It seems subversively un-American to suggest that the Academy Awards have almost outlived themselves, become superfluous and are even a bit of a drag. The original purpose was mainly to provide a forum for hosts like Bob Hope, Johnny Carson and Billy Crystal to zing the nominees and Hollywood, for the film industry to prime the post-holiday box office pump, and for the actors to congratulate themselves for their gift to mankind.
When Hope, Carson and Crystal were in charge, they gave the show an anchor, but the revolving door of hosts, from David Letterman on down to this year’s decidedly un-amusing, not to say blah, co-hosts James Franco and Anne Hathaway, is a desperate attempt to grab the young demographic–people who actually go to movies.
I watch the awards each year more out of habit than curiosity. I have no rooting interest in the films, almost none of which I’ve seen yet because I plan to rent them. I’ve never had an urgent need to dash out to see the next hot film, even if it means having no opinions at Oscar time except what I’ve picked up from reviews and friends. Even the latest Woody Allen movie has long since stopped being a must-see-right-now event.
By the time I finally get to a nominated movie, maybe six months later, the dust, reviews and talk-show hype has settled, making it easier to more clearly judge the movie for what it is, or is not. By then, the fad factor has evaporated and the bloom is well off the rose. Movies like “Milk,” “The Ghost Writer” and “Inglourious Basterds” that caused such excitement upon their release eventually assume their rightful place in film history as just OK or mediocre movies.
It looks as if even the Academy itself realizes that the public is slowly losing interest –viewers are declining each year for the broadcast; most of the water cooler talk the next day is about the pre-ceremony Red Carpet winners and losers. To broaden and increase viewer interest in the Oscars, the Academy now feels compelled to have 10 nominees in the major categories instead of five, diluting the competition, the focus and the interest. More horses in the race doesn’t make it a more exciting race, it just clutters the field.
These are all indications that nobody much cares anymore who wins or who loses. Indeed, at lunch a month ago, nobody among the four of us could remember which film won last year’s Oscar. Quick, can you? I doubt it. (“The Hurt Locker,” a film almost instantly lost in time). I would guess that maybe two people in 10 can now name who won any of last year’s Best Actor/Actress or Supporting Actor/Actress trophies.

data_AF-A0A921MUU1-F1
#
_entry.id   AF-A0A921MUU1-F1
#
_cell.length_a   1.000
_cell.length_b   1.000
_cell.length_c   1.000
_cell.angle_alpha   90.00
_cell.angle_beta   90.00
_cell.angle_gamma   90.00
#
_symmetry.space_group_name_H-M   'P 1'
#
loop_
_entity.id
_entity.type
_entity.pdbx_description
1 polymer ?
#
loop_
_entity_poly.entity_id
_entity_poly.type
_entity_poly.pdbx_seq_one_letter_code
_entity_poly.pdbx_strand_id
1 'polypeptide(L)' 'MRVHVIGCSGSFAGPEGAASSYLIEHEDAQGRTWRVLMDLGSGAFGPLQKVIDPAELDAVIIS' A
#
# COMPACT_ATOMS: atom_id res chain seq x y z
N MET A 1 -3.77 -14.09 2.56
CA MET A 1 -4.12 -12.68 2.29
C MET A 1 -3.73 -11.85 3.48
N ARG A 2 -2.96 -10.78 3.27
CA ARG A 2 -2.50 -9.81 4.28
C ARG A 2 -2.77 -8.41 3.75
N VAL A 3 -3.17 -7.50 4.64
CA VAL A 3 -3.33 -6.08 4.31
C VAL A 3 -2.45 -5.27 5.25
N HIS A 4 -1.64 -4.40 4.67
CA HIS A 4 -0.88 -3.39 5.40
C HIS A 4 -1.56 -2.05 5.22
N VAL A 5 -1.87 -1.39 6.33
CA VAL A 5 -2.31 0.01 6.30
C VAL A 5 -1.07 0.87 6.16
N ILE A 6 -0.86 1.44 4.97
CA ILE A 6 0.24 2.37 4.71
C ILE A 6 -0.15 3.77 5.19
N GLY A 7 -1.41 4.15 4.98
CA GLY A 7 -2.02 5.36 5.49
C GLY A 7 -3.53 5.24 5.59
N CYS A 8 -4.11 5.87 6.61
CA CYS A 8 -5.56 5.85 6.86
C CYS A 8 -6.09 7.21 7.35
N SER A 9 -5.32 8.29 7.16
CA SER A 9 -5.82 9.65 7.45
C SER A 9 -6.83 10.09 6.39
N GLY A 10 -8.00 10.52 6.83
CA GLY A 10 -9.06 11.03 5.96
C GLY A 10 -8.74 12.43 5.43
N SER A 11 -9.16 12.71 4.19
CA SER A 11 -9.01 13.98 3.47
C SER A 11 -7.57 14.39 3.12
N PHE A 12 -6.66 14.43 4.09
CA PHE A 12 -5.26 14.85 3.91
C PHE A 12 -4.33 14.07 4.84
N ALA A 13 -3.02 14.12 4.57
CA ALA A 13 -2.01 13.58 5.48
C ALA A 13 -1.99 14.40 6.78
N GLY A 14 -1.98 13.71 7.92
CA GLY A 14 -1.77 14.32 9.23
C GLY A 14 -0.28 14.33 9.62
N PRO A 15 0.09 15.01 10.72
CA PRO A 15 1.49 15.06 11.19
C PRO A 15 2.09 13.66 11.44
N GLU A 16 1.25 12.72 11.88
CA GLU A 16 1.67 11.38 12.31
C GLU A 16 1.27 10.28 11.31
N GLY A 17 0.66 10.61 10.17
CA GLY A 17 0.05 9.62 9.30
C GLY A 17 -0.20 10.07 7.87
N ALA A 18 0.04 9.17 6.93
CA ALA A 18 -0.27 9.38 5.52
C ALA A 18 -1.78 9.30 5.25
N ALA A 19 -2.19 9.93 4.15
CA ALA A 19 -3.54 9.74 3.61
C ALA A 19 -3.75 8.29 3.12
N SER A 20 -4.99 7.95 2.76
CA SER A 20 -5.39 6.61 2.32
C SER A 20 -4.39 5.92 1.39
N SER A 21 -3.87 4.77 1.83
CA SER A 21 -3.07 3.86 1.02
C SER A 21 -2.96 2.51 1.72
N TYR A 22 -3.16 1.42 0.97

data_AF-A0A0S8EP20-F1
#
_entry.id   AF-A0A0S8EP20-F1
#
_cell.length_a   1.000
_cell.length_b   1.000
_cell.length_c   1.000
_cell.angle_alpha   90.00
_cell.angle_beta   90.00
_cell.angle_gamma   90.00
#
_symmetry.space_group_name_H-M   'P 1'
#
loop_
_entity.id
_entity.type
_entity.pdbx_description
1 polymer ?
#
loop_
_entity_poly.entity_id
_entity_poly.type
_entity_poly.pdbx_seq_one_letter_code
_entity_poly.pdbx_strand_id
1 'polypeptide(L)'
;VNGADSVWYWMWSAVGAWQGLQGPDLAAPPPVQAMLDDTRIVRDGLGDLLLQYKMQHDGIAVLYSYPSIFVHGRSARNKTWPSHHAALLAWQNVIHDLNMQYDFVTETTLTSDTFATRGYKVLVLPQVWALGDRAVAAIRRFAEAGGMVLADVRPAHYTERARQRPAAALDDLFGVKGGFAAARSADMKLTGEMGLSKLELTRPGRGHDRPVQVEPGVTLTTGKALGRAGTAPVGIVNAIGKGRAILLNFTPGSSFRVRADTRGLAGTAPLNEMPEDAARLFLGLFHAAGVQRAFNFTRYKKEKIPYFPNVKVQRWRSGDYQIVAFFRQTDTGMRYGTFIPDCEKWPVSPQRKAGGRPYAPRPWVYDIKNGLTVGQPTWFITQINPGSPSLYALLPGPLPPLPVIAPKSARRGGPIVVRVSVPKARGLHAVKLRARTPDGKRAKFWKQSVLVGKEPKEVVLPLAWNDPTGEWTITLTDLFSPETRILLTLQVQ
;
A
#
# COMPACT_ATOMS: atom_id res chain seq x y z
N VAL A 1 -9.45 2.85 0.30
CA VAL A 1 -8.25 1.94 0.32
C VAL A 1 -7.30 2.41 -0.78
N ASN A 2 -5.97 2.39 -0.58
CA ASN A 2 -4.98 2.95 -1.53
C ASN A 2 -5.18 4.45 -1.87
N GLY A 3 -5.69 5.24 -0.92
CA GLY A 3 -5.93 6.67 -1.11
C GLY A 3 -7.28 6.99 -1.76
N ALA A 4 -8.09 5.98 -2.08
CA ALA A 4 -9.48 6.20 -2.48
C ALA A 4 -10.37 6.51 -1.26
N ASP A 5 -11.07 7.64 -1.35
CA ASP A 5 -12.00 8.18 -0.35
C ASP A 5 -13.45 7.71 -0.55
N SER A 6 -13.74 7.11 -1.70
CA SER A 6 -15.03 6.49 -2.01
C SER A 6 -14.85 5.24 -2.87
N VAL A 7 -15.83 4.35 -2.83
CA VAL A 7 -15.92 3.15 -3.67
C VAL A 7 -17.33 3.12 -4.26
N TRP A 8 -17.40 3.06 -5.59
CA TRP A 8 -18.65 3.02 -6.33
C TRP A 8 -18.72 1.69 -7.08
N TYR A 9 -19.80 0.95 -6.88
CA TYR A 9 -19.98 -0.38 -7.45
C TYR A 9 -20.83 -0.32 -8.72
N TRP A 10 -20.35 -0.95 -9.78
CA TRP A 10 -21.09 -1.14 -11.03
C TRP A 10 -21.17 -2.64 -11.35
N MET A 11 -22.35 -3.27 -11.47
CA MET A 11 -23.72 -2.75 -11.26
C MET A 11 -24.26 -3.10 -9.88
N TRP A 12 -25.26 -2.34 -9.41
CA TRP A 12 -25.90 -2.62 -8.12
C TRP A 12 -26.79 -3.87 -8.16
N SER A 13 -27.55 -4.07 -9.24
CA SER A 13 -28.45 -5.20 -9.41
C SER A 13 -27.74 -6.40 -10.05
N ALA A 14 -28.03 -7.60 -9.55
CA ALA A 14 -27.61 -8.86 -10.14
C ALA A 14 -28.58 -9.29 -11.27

Part of the reason for the lack of interest in the Oscars is that they’re forced to compete with the Golden Globes, a movie industry joke until TV decided to inflate their importance with a gaudy broadcast, after which the GGs became crucial indicators of likely Oscar winners, giving the Globes importance well beyond their actual significance. As one Academy voter confessed, the Golden Globes fill a great need for voters who haven’t seen all of the movies or actors or directors. So lazy, laid-up or elderly Academy members figure that if a movie, performer or director won a Golden Globe it’s probably safe to vote for it sight unseen.
In lesser categories, like Best Short Subject or Best Costume, many (maybe most) Oscar voters just rubber-stamp the Golden Globe winners. And each year the political and sentimental factor looms larger and larger among the actor nominees, further diminishing the awards’ intrinsic value. Then there are all of those lesser pop awards shows, like the People’s Choice Awards, whatever they measure - mainly, I suspect, the number of People magazine cover appearances.
The media, of course, has eagerly played along with the Academy Awards for decades, helping to keep it breathing and crucial, as newspapers now begin their breathless Oscar doping long before the nominations, at the end of the old year, often before Christmas.
Also, the Balkanization of the movie-going audience has contributed to the Oscars’ unspoken so-what? factor. There is no more mass movie demographic like there once was. Most movies are made for, indeed pander to, younger audience under 35, if not 25. The mass audience is much more diverse now that niche marketing governs everything in Hollywood. Independent filmmakers have shoved aside the major studios that used to dominate the industry–and the awards. Many of the nominees are unknown to viewers.
This has left a giant mush of nominees: big films vs. small films, major studio blockbusters vs. small independent releases, animated vs. non-animated hits, foreign films vs. American films. They’re all competing against each other and creating a wildly uneven, diffuse and confusing array of choices for voters and viewers.
So who actually wins an Oscar is almost an afterthought, maybe even beside the point, something of lasting interest only to movie trivia buffs. It seems ever so important at the moment, amid the yelps and sobs, but as the music fades at the end of the Oscar telecast, you’ve already forgotten who won the Best Supporting Actress award four hours earlier.
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